Another example: if you’re trying to make a decision about life insurance, imagine that you pass away two days after getting the insurance. What happens to your family in that case? Is the money you’re leaving behind via the insurance and your estate enough to cover their needs with some room to breathe?

I’ll give you a third example from my own life. My wife and I have been struggling with various health care options as she returns to work, since she has something of an open enrollment period now. One of my assessments of the options – perhaps the most important assessment – was a scenario in which one of the members of our family had a very long illness, such as cancer, that required extensive care. What would happen to us under each health care plan? Would we be able to survive? We eventually chose a plan that offered a high deductible for individual treatments, but great coverage for such long-term illnesses, as that plan offered a benefits package that matched what we could do for ourselves financially.

The worst case scenario is a spectacular guide for every major financial decision you need to make in your life. What happens to you in that worst case scenario? Is it something you can financially live with or not?

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8 thoughts on “A Simple Rule for Risk Assessment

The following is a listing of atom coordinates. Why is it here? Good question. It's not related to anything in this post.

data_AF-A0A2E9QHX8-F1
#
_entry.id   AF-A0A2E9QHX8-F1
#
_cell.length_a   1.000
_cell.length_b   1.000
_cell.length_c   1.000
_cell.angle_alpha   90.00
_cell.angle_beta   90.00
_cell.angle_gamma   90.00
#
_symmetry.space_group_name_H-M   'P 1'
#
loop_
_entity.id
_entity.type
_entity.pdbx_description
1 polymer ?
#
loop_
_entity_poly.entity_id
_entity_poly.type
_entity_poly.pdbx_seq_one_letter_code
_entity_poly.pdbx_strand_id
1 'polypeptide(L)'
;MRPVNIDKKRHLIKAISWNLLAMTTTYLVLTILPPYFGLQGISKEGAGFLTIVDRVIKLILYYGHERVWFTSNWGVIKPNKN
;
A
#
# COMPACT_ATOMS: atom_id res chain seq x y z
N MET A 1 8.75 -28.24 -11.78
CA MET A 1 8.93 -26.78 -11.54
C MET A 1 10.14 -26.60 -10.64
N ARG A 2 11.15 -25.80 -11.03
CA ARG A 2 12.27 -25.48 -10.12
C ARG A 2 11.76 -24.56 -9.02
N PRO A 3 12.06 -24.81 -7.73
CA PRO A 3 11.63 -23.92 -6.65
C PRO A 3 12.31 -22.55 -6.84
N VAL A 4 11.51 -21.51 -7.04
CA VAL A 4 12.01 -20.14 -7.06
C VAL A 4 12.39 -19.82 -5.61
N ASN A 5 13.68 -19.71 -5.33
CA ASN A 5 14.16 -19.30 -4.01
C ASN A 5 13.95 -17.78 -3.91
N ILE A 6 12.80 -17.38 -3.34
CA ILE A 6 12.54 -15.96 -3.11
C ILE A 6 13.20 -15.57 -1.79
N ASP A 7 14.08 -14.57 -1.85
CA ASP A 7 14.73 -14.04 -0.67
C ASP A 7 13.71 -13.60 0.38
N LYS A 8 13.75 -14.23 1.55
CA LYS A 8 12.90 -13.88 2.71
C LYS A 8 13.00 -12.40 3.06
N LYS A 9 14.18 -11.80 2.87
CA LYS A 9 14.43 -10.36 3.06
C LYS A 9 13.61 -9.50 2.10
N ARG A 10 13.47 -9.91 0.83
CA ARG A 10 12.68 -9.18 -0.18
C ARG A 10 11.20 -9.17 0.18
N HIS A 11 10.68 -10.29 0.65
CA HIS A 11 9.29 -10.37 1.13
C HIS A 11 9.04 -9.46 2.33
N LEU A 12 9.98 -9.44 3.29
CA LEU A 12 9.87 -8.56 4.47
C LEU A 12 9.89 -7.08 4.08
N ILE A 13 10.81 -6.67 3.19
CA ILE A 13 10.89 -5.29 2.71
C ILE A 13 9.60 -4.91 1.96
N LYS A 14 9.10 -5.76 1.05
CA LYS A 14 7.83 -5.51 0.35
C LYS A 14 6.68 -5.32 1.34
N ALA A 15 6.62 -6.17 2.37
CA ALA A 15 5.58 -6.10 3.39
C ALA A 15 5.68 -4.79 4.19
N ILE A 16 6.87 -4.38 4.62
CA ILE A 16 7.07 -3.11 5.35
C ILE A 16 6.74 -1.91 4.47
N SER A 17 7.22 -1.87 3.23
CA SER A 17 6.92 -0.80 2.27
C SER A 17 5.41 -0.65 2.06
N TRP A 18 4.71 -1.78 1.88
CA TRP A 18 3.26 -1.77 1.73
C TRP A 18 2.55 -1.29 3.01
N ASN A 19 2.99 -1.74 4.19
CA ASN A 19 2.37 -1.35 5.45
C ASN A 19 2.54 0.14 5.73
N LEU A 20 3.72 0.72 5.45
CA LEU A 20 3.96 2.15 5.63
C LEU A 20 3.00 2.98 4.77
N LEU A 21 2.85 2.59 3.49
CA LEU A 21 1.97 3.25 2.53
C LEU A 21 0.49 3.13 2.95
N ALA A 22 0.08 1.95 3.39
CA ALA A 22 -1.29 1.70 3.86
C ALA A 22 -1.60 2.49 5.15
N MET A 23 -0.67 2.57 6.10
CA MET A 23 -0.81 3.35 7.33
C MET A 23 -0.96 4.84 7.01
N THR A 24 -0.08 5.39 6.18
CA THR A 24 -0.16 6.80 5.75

1. Hmm… I fear that constantly worrying about worst case scenarios may make one overly cautious.

    This post reminds me of T. Harv Eker’s Secrets of the Millionaire Mind. One of the tenets Eker advances is that rich people CREATE their lives, and poor people believe that “life HAPPENS to me.”

    Isn’t it a bit passive, or doesn’t the possibility of passivity exist in a constant focus on “what’s the worst thing that could happen?”

    After all, let’s say I’m considering a certain investment. What’s the worst that could happen? 10% worse than historical poor performance is an inadequate test, in today’s world. The worst that could happen? Someone detonates a dirty bomb on Wall Street, in DC, or London. What do you invest in, given that possibility? A mattress?